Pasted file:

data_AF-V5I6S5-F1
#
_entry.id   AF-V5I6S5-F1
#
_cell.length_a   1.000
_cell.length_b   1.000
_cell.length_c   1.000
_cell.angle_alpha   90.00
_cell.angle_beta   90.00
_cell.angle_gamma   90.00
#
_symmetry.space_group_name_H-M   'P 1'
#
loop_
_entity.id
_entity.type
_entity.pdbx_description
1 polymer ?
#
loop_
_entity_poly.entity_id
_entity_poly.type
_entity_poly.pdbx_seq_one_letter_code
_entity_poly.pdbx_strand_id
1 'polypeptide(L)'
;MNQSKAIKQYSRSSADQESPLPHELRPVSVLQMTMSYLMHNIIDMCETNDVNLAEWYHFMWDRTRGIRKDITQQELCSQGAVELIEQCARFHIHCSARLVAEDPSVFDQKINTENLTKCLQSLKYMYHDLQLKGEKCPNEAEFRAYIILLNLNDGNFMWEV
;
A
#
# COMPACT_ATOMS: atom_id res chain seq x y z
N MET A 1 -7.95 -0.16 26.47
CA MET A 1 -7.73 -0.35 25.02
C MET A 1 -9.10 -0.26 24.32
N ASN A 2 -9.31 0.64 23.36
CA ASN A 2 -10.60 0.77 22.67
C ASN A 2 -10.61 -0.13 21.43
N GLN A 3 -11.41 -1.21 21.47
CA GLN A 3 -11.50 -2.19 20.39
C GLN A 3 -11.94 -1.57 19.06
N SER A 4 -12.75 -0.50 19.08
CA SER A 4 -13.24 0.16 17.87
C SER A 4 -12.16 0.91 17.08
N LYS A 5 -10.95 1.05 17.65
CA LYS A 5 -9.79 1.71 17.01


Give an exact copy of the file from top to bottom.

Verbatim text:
data_AF-V5I6S5-F1
#
_entry.id   AF-V5I6S5-F1
#
_cell.length_a   1.000
_cell.length_b   1.000
_cell.length_c   1.000
_cell.angle_alpha   90.00
_cell.angle_beta   90.00
_cell.angle_gamma   90.00
#
_symmetry.space_group_name_H-M   'P 1'
#
loop_
_entity.id
_entity.type
_entity.pdbx_description
1 polymer ?
#
loop_
_entity_poly.entity_id
_entity_poly.type
_entity_poly.pdbx_seq_one_letter_code
_entity_poly.pdbx_strand_id
1 'polypeptide(L)'
;MNQSKAIKQYSRSSADQESPLPHELRPVSVLQMTMSYLMHNIIDMCETNDVNLAEWYHFMWDRTRGIRKDITQQELCSQGAVELIEQCARFHIHCSARLVAEDPSVFDQKINTENLTKCLQSLKYMYHDLQLKGEKCPNEAEFRAYIILLNLNDGNFMWEV
;
A
#
# COMPACT_ATOMS: atom_id res chain seq x y z
N MET A 1 -7.95 -0.16 26.47
CA MET A 1 -7.73 -0.35 25.02
C MET A 1 -9.10 -0.26 24.32
N ASN A 2 -9.31 0.64 23.36
CA ASN A 2 -10.60 0.77 22.67
C ASN A 2 -10.61 -0.13 21.43
N GLN A 3 -11.41 -1.21 21.47
CA GLN A 3 -11.50 -2.19 20.39
C GLN A 3 -11.94 -1.57 19.06
N SER A 4 -12.75 -0.50 19.08
CA SER A 4 -13.24 0.16 17.87
C SER A 4 -12.16 0.91 17.08
N LYS A 5 -10.95 1.05 17.65
CA LYS A 5 -9.79 1.71 17.01